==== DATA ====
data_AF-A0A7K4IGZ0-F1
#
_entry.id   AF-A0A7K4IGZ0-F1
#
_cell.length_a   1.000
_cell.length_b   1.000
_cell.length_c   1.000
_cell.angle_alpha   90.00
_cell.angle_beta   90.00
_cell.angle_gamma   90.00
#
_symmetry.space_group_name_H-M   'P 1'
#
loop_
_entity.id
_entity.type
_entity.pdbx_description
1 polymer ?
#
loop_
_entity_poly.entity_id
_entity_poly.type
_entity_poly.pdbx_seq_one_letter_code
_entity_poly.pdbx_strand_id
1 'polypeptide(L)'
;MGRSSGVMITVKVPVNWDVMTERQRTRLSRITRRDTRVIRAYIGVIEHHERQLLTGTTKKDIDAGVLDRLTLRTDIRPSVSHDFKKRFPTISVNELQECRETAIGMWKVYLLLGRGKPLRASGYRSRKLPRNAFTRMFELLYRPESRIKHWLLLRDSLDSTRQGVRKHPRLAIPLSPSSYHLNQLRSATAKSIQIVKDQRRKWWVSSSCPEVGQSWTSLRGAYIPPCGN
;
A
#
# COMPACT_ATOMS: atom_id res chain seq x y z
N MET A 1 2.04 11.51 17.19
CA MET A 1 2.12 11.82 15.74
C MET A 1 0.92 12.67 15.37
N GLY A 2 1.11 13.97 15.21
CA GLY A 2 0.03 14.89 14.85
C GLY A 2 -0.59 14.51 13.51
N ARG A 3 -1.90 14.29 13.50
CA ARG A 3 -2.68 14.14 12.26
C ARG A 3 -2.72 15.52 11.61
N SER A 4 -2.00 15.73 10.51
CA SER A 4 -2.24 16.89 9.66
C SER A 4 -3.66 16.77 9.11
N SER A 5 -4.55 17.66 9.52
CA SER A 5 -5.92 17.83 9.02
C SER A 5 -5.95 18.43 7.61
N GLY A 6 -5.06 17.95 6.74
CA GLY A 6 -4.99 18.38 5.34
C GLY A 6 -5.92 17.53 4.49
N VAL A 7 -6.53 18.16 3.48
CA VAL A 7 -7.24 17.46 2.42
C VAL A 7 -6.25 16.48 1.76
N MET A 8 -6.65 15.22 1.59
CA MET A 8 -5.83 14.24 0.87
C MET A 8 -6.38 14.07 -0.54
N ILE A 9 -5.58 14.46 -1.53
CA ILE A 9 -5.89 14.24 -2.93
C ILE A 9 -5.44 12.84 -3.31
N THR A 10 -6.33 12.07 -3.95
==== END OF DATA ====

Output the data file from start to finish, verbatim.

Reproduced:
data_AF-A0A7K4IGZ0-F1
#
_entry.id   AF-A0A7K4IGZ0-F1
#
_cell.length_a   1.000
_cell.length_b   1.000
_cell.length_c   1.000
_cell.angle_alpha   90.00
_cell.angle_beta   90.00
_cell.angle_gamma   90.00
#
_symmetry.space_group_name_H-M   'P 1'
#
loop_
_entity.id
_entity.type
_entity.pdbx_description
1 polymer ?
#
loop_
_entity_poly.entity_id
_entity_poly.type
_entity_poly.pdbx_seq_one_letter_code
_entity_poly.pdbx_strand_id
1 'polypeptide(L)'
;MGRSSGVMITVKVPVNWDVMTERQRTRLSRITRRDTRVIRAYIGVIEHHERQLLTGTTKKDIDAGVLDRLTLRTDIRPSVSHDFKKRFPTISVNELQECRETAIGMWKVYLLLGRGKPLRASGYRSRKLPRNAFTRMFELLYRPESRIKHWLLLRDSLDSTRQGVRKHPRLAIPLSPSSYHLNQLRSATAKSIQIVKDQRRKWWVSSSCPEVGQSWTSLRGAYIPPCGN
;
A
#
# COMPACT_ATOMS: atom_id res chain seq x y z
N MET A 1 2.04 11.51 17.19
CA MET A 1 2.12 11.82 15.74
C MET A 1 0.92 12.67 15.37
N GLY A 2 1.11 13.97 15.21
CA GLY A 2 0.03 14.89 14.85
C GLY A 2 -0.59 14.51 13.51
N ARG A 3 -1.90 14.29 13.50
CA ARG A 3 -2.68 14.14 12.26
C ARG A 3 -2.72 15.52 11.61
N SER A 4 -2.00 15.73 10.51
CA SER A 4 -2.24 16.89 9.66
C SER A 4 -3.66 16.77 9.11
N SER A 5 -4.55 17.66 9.52
CA SER A 5 -5.92 17.83 9.02
C SER A 5 -5.95 18.43 7.61
N GLY A 6 -5.06 17.95 6.74
CA GLY A 6 -4.99 18.38 5.34
C GLY A 6 -5.92 17.53 4.49
N VAL A 7 -6.53 18.16 3.48
CA VAL A 7 -7.24 17.46 2.42
C VAL A 7 -6.25 16.48 1.76
N MET A 8 -6.65 15.22 1.59
CA MET A 8 -5.83 14.24 0.87
C MET A 8 -6.38 14.07 -0.54
N ILE A 9 -5.58 14.46 -1.53
CA ILE A 9 -5.89 14.24 -2.93
C ILE A 9 -5.44 12.84 -3.31
N THR A 10 -6.33 12.07 -3.95